We have attacked plans by the Department for Environment Food and Rural Affairs (Defra) to cut its long-standing research on people and the natural environment. Defra is consulting on changes to the official statistics produced by its associated body, Natural England (NE).
Since 2009 NE has undertaken its Monitor of Engagement with the Natural Environment survey (MENE), a progression from the previous England Leisure Visits Survey. From weekly interviews with about 800 respondents MENE produces robust evidence of the visits made by the population to the coast and countryside. It provides data on the type of destination, duration of visit, mode of transport, distance travelled, money spent, main activities, motivations for and barriers to visiting the countryside.
Says Kate Ashbrook, our general secretary: ‘We deplore the proposed cuts to this vital survey. It will cease to be consistent with previous work so there will no longer be continuous, comparable datasets. It will be unreliable. It will only provide headline figures without any depth to them; it will no longer be of use in tracking changes in behaviour and local variation.
‘Much local work by councils, local access fora and voluntary groups encourages people to enjoy the natural environment for their leisure, health and well-being. The providers need to monitor and evaluate their expenditure and effort, and this survey is an essential tool for them.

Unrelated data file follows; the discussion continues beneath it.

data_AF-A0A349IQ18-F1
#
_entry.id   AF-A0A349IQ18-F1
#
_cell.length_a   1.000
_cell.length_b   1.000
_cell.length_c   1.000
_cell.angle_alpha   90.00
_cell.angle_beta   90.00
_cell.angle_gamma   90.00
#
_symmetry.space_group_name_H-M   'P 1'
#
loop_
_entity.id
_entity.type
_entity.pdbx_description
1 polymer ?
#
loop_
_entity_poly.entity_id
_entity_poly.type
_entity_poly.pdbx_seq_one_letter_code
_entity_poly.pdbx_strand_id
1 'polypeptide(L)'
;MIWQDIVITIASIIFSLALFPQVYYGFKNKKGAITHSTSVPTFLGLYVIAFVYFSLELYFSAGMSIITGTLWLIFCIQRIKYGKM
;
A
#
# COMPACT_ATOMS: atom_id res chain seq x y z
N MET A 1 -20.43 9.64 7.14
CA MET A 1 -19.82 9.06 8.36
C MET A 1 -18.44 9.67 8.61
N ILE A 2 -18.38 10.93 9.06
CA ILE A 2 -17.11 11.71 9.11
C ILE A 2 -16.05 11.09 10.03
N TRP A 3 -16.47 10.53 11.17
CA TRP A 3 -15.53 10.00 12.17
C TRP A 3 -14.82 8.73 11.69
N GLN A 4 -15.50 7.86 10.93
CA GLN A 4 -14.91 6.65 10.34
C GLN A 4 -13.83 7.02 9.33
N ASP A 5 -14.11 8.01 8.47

‘The reduction in data will also mean that MENE cannot be used to support other elements of Defra’s work, such as improving nature conservation, biodiversity, Nature Improvement Areas volunteering and much else. It will also be unable to show how enjoyment of the outdoors supports people’s health—an important link when the health budget should be applied to creating better environments which in turn reduce health spending.
‘It is hypocritical of government to make such changes while encouraging accountability and local and regional devolution, and while saying that its 25-year plan will “give people more opportunity to use, enjoy and engage with the natural environment”. If it cuts MENE, Defra will be unable to monitor the effect of initiatives emanating from its 25-year plan. There is little point in Defra investing in new work if it cannot evaluate the results.
‘Defra claims that the proposed cuts are to “optimise how we meet departmental and wider user needs”. It is obvious that the proposed cuts will not optimise anyone’s needs, they will merely save a little money. That money is peanuts in the big scheme of things but will have a damaging effect on the evidence needed to help people to benefit from the natural environment. We therefore urge Defra not to mess about with MENE,’ Kate concludes.